Whilst we acknowledge the milestone of Australia reaching 23 million people, forgive me for being anti-sensationalist. 23 million people for the size of Australia is far from being one of the earth’s more crowded destinations. Combine the cities of Beijing and Shanghai and you have a population of 28 million plus. You get the picture.
For some, the real celebration for Australia will come when we have a population that is large enough to support major infrastructure projects such as fast rail, a sophisticated public transport system that is cost effective, reliable and highly regular. Services for the public usually improve with larger developed world cities, not regress. Planning for a bigger population takes courage, it is however a constant source of tension as planners attempt to lead the market in certain directions, sometimes in polar opposites to market forces.
Somewhere along the way there has been the issue of boat people woven into the population equation. One has to think that the number of boats is hardly going to have a significant impact on Australia’s population. These people are so desperate to come to Australia they risk theirs and their families lives to do so. Chances are they will probably take the opportunity with both hands and become great representatives of this country. I suspect the real argument about the number of boats is both how to regulate the numbers and how does a boat load of refugees arrive in Australian waters unannounced. Therein lies the real political issue I would suggest.
Population growth will also continue to nurture the Australian economy. With population growth comes the basic need for human services and accommodation. From a development perspective, this is a fundamental foundation of a sustainable industry. Population growth that ages too fast places enormous pressure on younger generations as well as the broader economy. You only have to look at Japan and certain parts of Russia to see this impact. I believe Dick Smith offered $1 million dollars to someone under the age of 30 who could formulate a successful economic strategy around a sustainable population strategy. To date, I don’t think that money has been claimed, (however I am happy to stand corrected if it has.)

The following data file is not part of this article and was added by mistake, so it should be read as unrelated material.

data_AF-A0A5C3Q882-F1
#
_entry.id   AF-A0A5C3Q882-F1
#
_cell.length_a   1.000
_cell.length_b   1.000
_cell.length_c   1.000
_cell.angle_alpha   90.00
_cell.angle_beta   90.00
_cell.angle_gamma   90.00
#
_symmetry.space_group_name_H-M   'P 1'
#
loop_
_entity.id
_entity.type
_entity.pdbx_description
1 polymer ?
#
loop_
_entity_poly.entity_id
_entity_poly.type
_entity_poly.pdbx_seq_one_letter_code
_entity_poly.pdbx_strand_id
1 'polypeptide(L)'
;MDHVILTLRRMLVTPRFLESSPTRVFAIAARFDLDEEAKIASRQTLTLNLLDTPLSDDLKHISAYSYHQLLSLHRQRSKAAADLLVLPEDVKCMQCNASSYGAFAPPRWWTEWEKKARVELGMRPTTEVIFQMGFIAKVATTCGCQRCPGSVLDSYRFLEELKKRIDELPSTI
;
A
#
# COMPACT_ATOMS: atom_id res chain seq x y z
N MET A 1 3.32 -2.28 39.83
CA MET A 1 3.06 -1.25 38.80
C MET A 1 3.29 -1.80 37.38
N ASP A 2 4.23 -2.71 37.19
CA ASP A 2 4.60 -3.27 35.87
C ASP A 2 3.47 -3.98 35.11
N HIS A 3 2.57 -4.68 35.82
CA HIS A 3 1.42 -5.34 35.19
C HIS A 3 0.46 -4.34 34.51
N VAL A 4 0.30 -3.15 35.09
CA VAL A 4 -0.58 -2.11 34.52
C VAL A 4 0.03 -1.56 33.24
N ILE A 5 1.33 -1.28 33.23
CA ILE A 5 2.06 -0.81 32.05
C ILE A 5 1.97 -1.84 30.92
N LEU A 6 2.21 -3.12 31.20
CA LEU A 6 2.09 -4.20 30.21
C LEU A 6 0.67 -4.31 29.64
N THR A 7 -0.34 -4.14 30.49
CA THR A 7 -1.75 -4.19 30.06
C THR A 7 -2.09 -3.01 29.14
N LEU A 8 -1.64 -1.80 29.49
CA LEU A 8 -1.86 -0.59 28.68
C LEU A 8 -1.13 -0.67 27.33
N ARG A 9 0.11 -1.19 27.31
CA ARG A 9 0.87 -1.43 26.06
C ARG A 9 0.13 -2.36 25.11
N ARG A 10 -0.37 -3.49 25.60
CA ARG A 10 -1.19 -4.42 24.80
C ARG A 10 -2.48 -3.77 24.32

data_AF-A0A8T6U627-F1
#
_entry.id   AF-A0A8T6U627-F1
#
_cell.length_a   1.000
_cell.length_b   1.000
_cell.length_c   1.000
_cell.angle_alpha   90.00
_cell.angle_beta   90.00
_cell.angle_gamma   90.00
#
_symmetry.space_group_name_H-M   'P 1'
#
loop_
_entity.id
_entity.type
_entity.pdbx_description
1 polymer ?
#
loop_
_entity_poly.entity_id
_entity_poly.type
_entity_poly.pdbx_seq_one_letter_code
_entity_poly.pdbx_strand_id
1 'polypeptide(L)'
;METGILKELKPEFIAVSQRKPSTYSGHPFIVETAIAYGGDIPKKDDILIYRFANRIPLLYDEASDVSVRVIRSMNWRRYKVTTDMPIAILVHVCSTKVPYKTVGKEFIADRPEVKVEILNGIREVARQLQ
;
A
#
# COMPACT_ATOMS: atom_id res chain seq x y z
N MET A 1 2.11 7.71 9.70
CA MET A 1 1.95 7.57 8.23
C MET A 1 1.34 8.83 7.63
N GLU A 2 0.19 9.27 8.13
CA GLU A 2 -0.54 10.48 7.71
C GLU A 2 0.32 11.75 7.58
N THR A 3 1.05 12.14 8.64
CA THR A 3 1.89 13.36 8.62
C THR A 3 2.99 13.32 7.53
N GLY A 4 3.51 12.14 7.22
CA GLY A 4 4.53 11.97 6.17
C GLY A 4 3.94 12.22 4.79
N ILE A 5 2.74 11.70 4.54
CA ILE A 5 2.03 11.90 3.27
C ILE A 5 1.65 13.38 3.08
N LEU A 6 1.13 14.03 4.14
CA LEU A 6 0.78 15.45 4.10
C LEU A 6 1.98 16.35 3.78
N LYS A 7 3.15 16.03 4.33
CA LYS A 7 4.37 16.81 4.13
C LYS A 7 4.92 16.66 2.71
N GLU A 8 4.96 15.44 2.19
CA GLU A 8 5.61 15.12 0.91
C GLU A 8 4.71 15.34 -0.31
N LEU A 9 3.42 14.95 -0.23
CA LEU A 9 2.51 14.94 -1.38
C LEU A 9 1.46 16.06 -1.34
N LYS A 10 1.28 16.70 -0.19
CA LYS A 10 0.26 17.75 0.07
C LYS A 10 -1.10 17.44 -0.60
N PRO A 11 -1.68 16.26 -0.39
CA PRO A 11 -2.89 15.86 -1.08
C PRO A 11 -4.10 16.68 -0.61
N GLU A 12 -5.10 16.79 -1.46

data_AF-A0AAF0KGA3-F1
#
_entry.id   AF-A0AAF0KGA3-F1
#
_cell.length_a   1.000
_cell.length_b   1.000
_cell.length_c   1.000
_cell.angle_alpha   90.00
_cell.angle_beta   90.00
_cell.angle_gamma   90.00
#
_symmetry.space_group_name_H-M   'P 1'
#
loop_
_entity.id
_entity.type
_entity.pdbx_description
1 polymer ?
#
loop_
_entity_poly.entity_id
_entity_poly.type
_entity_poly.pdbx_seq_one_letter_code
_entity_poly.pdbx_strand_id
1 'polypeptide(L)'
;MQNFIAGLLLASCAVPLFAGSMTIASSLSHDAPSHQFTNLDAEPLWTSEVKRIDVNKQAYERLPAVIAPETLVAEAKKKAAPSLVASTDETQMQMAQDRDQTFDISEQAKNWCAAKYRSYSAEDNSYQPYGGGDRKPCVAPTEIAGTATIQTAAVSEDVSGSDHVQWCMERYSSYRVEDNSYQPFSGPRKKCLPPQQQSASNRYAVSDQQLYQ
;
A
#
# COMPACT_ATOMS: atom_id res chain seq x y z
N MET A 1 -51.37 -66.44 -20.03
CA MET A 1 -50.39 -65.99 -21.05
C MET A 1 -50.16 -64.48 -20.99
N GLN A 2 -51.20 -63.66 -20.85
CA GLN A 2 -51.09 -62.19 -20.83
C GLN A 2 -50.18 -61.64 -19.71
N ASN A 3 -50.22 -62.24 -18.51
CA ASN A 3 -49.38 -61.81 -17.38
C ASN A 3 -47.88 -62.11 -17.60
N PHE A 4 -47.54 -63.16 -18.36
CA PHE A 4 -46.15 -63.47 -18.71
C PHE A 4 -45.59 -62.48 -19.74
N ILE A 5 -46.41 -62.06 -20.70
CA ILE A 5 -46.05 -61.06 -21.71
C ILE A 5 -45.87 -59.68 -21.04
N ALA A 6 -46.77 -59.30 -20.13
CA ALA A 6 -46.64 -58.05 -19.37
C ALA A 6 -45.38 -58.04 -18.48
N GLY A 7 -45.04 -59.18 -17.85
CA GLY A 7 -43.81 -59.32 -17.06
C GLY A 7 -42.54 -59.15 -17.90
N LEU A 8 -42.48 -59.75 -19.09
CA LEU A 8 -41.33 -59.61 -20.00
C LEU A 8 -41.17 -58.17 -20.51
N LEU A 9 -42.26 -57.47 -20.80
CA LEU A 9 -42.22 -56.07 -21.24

There are however those who will be looking at the population of 23 million as not ideal. And their arguments should not be dismissed lightly either.
The most liveable cities in the world are typically less than 2 million people. These are cities that still retain strong economic bases, however this is balanced out by lifestyle benefits and demonstrated in the various living indexes found below.
What you are not seeing is a New York, Los Angeles, Shanghai, Istanbul, Karachi or Mumbai in the top most livable city rankings in the world. From my own experience, I think Shanghai is one of the most interesting cities in Asia that I have been too. I can’t say I would want to live there, but I’d be very happy to jump on a plane and visit it again tomorrow. Perhaps that is the point, we take the good from the big cities and leave what we don’t like or simply accept it as a by-product of size.
Environmental sustainability remains a key argument in every population discussion. However a sustainable environmental outcome also needs to be treated in the same way as any other thing of value. And that is the real point, no one has yet been able to place a real economic value on certain parts of the environment to actually make it worth something unless it is agricultural/mining related land or a development site.
In addition to this, the environmental corridors being set aside in many developable areas are often marginal at best and arguably do not support the best environmental outcomes. Don’t read this as needing more land set aside in developments, read it as setting aside valuable environmental habitat where it is of most use to the relevant species. This could be land located 500km away, however the environmental outcome will be far greater and more positive than a small green corridor that sustains little more than the consciences of well meaning bureaucrats.
When many of you have read this, Australia will have clicked over past 23 million people. The great thing about the two camps is that I get to celebrate with those in favour of this strong, developed/western country growth of 1.7% well into the night, whilst having my hangover with those who can believe it happened but wished it didn’t.
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